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WILLIAM C. FENSTERMAKER v. ANNA LUE A. FENSTERMAKER (11/08/85)

filed: November 8, 1985.

WILLIAM C. FENSTERMAKER, APPELLANT,
v.
ANNA LUE A. FENSTERMAKER



APPEAL FROM THE ORDER ENTERED NOVEMBER 16, 1984 IN THE COURT OF COMMON PLEAS OF LEHIGH COUNTY, CIVIL NO. 80-C-2554

COUNSEL

Marc S. Fisher, Easton, for appellant.

Michael P. Shay, Bethlehem, for appellee.

Cavanaugh, Cirillo and Hester, JJ.

Author: Cirillo

[ 348 Pa. Super. Page 238]

On February 20, 1981, a divorce was granted to the parties to this action. On July 25, 1983, appellee filed a petition to amend the divorce decree. Appellee's petition was granted. On November 20, 1984, the trial court ordered that the petition be treated as a petition to open the divorce decree for purposes of amending the divorce decree. The court retained jurisdiction over the ancillary economic claims. Appellant asks this Court to find that the divorce

[ 348 Pa. Super. Page 239]

    decree should not be opened. He raises two claims for consideration in support of his position.

(1) The lower court erred in treating and granting appellee's petition to amend the divorce decree as a petition to open where no order of bifurcation was entered.

(2) The lower court erred in treating and granting appellee's petition to amend the divorce decree as a petition to open where the petition was filed two and one-half years after the entry of a decree in divorce in the absence of establishing fraud.

We find that the trial court erred, not in exercising its equitable power, pursuant to the power vested in it by the Divorce Code, 23 P.S. § 401(c), but in electing to treat the petition to amend the divorce decree as a petition to open, rather than as a petition to vacate the divorce decree. We therefore modify the trial court's order to correct this error and affirm. See 42 Pa.C.S. § 706.

In the instant case the parties were both represented by counsel at all stages of the proceedings. Counsel for the parties had attempted to resolve the marital property issues prior to the entry of the divorce decree. The record reveals that communication between the parties' respective attorneys continued during the period from August 12, 1980 until the entry of the divorce decree.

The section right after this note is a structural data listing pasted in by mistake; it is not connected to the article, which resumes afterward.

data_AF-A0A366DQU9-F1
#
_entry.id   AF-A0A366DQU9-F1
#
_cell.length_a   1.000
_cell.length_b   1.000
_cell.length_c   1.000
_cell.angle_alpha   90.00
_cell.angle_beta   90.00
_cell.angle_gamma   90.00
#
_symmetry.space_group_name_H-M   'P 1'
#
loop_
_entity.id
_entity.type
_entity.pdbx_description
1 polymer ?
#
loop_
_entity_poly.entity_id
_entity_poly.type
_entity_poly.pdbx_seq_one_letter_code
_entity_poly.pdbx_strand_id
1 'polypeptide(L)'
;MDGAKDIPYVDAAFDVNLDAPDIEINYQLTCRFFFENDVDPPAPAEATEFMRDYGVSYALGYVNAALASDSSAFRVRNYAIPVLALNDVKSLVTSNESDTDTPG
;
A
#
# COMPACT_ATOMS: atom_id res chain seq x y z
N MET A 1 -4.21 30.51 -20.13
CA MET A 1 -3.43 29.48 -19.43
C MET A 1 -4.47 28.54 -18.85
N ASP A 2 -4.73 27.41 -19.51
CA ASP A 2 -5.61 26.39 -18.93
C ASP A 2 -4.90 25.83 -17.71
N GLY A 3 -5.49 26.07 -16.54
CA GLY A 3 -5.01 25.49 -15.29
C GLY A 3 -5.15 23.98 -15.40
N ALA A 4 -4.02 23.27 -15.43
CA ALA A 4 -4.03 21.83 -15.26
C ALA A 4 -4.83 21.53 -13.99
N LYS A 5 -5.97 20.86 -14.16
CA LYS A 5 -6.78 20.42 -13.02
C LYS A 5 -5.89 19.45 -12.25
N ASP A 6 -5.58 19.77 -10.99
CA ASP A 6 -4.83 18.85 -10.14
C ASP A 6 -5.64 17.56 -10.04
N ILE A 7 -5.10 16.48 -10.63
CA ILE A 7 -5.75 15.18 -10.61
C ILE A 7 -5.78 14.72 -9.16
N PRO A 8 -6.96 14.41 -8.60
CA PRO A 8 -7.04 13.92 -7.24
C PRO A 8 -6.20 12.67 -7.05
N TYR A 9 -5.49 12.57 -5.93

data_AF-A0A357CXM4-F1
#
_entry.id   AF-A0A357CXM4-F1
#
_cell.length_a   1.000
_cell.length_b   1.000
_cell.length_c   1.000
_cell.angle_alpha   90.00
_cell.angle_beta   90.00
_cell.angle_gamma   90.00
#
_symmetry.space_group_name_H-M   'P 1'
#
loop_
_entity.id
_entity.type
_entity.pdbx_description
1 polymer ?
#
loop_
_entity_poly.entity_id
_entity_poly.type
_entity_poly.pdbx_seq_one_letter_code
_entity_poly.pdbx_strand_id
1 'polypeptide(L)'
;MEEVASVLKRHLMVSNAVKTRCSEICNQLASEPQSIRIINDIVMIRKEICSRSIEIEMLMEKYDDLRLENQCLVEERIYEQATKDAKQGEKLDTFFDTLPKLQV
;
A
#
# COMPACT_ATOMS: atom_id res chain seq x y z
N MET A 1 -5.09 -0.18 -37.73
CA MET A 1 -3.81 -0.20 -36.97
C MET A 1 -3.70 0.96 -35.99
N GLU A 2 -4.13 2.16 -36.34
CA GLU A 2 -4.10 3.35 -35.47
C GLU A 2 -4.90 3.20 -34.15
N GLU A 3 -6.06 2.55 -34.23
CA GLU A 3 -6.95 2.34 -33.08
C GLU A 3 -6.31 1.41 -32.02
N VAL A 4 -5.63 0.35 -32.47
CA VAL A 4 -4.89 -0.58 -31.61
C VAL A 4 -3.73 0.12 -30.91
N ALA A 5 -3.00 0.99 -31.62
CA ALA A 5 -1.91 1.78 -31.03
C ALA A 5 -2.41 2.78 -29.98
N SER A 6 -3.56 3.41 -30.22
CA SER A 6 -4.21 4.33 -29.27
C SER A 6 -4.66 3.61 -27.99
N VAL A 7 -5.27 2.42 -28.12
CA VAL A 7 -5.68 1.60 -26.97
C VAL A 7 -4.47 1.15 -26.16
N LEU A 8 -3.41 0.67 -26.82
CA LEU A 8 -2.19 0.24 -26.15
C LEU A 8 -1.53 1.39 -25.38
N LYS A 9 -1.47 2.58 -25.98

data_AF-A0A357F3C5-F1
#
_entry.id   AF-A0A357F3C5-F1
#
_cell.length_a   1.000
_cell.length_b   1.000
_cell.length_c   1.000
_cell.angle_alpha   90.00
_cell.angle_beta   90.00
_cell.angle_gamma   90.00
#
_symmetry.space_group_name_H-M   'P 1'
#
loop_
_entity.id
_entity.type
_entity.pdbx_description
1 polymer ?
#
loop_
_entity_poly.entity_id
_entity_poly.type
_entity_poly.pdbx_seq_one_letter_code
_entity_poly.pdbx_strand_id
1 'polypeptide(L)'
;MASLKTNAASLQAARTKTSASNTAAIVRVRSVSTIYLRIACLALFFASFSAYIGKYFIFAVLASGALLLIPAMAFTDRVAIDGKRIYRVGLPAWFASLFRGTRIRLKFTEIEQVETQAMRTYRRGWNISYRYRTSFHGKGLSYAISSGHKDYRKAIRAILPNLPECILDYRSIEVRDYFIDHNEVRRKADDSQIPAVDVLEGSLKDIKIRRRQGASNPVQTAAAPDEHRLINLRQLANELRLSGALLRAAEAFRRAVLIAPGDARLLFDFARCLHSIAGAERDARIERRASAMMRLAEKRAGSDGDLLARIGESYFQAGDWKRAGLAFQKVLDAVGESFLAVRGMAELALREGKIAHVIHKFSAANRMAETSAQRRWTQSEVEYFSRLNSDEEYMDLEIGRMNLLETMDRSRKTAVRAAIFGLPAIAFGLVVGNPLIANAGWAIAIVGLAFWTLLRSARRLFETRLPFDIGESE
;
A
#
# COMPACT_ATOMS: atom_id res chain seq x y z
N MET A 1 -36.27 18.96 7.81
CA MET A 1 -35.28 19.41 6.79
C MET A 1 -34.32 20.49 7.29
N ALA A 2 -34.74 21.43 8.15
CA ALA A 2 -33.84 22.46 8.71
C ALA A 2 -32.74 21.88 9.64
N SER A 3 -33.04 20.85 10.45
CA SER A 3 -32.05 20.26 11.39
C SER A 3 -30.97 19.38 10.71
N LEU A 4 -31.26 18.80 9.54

The intention of the appellant to continue negotiating a property settlement was clearly communicated to appellee on February 9, 1981, prior to the entry of the divorce decree. In response to a letter from appellee on December 23, 1980, counsel for appellant stated that he would make certain concessions. At the conclusion of the letter, appellant's counsel stated:

Very shortly we will be filing a motion asking the court to enter a Decree in Divorce under the provisions of Section 201(d) of the divorce code. Needless to say, that should not interfere with the other items prayed for in the divorce complaint, and if we cannot work it out, then, of course, a Master can be appointed for those purposes. However if we can work it all out, fine. I will send you a

[ 348 Pa. Super. Page 240]

    letter giving you five day's notice of the date that I will be presenting the motion for the granting of the divorce, which notice would be given pursuant to the rules of procedure in Lehigh County.

Relying on the pattern of continuous negotiation prior to the entry of the decree in divorce, appellee did not file exceptions nor take any appeal from the divorce decree.

A conference was held on March 27, 1981, at which time the parties were under the impression that an agreement had in fact been reached. However, a dispute subsequently arose and no agreement was reached. Appellant thereafter ceased negotiating with appellee.

On July 25, 1983 appellee filed a petition to amend the divorce decree, in order that the court could resolve the issues of equitable distribution, alimony, counsel fees and costs. The trial court resolved the economic issues, thereby rejecting appellant's argument that appellee had waived all claims pursuant to Pa.R.C.P. 1920.31(c)*fn1 and 23 P.S. § 401(j).*fn2

In the opinion of the Honorable James Knoll Gardner, the trial court opined:

At first blush husband's argument seems to have merit. However, a close reading of the act discloses that the

[ 348 Pa. Super. Page 241]

    equitable powers of the court survive the entry of the Divorce Decree. Section 401(c) grants the court power to issue orders "which are necessary . . . to effectuate the purposes of this act . . ." Section 102 of the Divorce Code provides:

(a) . . . it is hereby declared to be the policy of the Commonwealth of Pennsylvania to: . . .

(6) Effectuate economic justice between parties who are divorced or separated and grant or withhold alimony according to the actual need and ability to pay of the parties and insure a fair and just determination and settlement of their property rights.

(b) The objectives set forth in subsection (a) shall be considered in construing provisions of this act and shall be regarded as expressing the legislative intent. (Emphasis added).

If the purposses of the act include effectuating economic justice concerning property rights and alimony between divorced parties, the equitable powers given to the court to effectuate ...


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